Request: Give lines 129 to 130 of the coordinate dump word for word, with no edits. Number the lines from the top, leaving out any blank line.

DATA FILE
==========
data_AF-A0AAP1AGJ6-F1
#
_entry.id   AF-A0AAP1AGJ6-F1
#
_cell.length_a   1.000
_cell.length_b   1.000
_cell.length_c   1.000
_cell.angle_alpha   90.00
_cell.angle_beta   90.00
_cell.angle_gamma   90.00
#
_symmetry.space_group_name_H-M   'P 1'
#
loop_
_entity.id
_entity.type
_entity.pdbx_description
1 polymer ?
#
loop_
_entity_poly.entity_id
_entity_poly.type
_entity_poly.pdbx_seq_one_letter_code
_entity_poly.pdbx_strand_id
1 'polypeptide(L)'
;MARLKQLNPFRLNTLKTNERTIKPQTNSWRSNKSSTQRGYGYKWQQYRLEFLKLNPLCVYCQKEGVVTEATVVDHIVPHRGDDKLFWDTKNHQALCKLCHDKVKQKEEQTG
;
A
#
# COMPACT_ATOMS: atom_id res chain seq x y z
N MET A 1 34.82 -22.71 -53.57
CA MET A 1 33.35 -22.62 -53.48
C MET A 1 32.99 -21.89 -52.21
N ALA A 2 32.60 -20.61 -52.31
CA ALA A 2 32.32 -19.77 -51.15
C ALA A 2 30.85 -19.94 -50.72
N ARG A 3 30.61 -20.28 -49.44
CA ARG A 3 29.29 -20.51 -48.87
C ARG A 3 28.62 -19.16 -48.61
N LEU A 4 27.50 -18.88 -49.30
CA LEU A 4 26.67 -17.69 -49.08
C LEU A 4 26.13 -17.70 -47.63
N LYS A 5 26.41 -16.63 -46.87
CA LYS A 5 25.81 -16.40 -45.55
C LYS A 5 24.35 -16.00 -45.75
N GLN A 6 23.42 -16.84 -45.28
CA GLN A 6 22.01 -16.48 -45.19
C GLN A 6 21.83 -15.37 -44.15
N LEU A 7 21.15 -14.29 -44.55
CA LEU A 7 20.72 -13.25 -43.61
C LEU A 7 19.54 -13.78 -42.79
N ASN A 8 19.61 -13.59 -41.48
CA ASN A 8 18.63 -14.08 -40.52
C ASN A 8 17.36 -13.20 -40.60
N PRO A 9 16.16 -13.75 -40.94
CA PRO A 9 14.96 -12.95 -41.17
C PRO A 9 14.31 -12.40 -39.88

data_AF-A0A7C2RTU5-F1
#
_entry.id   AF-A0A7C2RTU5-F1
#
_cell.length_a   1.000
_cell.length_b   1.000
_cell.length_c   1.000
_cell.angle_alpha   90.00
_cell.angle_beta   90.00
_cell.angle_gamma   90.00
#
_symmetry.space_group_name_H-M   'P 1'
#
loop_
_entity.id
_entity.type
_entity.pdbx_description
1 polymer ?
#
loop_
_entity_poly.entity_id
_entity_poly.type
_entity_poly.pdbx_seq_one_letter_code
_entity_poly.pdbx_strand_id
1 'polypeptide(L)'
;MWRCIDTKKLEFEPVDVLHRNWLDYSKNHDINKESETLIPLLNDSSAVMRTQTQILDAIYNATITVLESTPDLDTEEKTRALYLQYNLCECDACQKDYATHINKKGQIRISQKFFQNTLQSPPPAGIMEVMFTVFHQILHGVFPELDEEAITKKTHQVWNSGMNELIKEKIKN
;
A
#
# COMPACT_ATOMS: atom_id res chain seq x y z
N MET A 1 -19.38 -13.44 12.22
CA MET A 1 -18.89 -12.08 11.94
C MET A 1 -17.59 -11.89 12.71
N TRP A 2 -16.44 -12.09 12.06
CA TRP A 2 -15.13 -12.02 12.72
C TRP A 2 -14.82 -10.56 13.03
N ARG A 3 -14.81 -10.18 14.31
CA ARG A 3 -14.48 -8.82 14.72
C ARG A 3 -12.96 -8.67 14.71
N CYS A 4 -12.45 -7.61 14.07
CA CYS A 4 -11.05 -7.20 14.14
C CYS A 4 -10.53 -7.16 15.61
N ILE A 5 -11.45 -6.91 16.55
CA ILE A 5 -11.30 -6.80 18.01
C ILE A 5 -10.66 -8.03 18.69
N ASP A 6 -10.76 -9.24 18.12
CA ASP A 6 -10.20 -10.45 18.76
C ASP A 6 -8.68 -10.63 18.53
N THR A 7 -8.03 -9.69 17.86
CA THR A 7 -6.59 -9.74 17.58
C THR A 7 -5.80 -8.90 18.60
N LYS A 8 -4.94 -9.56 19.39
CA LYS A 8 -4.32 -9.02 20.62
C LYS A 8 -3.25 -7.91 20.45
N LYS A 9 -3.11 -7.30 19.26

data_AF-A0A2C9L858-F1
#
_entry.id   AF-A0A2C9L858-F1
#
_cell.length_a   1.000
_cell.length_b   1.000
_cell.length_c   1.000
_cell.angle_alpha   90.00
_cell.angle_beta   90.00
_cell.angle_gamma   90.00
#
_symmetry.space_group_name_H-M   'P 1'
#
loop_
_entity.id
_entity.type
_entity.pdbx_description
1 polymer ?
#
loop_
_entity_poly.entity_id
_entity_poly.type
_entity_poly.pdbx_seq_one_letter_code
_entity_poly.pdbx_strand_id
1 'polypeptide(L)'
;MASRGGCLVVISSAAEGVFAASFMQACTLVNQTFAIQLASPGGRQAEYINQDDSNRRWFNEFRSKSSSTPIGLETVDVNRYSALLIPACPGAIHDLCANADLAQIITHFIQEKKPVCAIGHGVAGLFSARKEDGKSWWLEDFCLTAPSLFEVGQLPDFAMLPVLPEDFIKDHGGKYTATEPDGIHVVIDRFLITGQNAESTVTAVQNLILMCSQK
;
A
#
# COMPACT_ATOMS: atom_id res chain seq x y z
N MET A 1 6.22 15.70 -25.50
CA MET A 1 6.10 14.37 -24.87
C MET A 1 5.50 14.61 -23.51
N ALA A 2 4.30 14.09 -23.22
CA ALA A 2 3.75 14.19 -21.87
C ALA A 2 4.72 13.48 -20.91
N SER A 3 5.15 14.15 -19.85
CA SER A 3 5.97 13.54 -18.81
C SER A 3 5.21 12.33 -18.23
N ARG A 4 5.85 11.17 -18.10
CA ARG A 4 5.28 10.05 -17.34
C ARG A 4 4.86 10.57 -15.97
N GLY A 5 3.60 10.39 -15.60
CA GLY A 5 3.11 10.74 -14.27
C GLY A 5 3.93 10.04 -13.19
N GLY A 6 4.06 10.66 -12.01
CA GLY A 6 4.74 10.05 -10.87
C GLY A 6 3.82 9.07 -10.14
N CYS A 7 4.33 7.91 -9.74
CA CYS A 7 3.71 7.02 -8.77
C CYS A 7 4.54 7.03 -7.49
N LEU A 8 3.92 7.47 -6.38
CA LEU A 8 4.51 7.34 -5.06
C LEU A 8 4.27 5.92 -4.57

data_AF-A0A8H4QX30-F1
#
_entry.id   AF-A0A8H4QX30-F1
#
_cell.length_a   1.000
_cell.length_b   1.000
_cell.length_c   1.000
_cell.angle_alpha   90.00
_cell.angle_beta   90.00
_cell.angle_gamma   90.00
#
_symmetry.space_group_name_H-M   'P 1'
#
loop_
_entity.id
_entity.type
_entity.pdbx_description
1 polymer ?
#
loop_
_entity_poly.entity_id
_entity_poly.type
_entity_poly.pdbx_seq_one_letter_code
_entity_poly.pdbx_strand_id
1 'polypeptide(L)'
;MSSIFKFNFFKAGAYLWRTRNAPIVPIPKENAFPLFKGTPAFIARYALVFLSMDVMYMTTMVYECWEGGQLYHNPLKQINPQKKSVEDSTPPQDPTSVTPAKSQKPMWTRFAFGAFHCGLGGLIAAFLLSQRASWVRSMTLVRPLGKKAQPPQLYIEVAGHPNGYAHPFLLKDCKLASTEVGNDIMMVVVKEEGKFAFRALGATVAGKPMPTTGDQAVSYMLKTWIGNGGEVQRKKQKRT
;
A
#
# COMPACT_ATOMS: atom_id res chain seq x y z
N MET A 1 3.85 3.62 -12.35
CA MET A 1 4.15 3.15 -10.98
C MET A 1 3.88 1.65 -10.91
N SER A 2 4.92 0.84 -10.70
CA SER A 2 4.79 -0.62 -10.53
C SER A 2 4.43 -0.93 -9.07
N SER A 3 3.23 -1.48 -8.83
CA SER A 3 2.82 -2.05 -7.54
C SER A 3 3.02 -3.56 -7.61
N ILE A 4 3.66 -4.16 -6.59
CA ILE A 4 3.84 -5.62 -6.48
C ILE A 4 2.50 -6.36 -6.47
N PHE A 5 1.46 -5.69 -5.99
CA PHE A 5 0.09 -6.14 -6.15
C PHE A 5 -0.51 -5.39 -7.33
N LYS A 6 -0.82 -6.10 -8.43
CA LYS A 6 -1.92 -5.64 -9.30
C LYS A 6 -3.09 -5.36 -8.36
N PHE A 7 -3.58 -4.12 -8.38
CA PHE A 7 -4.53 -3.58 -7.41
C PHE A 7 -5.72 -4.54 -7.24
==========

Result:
_entity.pdbx_description
1 polymer ?